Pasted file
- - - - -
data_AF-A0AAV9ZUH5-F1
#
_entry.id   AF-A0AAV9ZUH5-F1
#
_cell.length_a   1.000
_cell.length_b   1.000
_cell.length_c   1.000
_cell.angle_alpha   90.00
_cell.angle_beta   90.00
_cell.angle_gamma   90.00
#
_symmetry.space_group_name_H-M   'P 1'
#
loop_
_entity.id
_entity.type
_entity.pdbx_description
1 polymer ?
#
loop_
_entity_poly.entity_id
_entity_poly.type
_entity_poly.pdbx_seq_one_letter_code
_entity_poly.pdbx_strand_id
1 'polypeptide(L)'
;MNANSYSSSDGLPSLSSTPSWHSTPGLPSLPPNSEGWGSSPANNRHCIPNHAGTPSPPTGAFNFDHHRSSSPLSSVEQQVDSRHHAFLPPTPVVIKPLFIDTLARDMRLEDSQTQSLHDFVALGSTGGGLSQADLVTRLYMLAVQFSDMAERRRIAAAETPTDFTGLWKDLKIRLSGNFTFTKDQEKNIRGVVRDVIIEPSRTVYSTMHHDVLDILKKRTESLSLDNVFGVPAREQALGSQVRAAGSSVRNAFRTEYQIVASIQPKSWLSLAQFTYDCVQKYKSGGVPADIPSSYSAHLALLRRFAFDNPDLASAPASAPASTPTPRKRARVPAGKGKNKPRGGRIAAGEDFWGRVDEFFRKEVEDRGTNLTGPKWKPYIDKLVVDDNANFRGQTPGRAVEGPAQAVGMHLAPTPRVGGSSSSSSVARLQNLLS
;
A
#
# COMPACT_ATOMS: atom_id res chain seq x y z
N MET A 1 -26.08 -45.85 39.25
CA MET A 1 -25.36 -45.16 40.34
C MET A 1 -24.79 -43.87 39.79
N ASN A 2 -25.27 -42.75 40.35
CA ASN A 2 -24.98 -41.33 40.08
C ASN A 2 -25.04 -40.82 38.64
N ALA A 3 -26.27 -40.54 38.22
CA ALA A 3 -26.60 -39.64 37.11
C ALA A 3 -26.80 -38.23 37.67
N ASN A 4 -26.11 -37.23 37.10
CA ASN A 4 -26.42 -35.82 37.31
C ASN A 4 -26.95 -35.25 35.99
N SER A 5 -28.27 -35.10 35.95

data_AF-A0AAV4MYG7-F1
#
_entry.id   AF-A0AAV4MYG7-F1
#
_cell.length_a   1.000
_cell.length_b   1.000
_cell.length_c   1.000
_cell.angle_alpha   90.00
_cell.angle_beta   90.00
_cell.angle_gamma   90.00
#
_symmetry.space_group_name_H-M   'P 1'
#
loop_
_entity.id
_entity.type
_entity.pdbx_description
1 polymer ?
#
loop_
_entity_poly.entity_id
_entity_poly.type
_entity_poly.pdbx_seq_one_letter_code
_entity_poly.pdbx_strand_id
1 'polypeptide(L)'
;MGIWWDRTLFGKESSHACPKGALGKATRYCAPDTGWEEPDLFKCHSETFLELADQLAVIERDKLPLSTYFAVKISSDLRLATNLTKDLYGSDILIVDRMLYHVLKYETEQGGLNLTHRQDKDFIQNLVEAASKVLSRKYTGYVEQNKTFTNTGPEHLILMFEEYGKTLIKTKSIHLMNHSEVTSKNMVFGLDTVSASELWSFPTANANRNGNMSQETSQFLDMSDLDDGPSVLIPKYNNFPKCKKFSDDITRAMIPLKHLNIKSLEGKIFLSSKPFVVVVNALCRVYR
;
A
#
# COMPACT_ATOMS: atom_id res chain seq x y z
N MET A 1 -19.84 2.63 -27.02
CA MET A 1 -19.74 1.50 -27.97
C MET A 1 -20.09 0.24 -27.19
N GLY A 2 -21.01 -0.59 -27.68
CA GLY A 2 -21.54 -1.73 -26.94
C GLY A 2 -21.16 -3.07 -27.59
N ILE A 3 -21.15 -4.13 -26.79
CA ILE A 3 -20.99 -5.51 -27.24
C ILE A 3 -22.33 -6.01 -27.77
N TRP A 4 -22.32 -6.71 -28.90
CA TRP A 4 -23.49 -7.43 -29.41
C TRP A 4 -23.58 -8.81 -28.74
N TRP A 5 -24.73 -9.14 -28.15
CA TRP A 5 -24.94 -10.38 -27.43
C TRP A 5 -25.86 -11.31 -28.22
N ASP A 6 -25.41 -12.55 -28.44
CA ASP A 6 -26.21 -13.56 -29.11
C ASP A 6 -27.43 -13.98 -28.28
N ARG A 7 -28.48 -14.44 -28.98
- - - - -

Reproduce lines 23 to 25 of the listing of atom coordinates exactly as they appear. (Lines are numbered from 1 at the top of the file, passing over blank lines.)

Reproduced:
_entity_poly.pdbx_seq_one_letter_code
_entity_poly.pdbx_strand_id
1 'polypeptide(L)'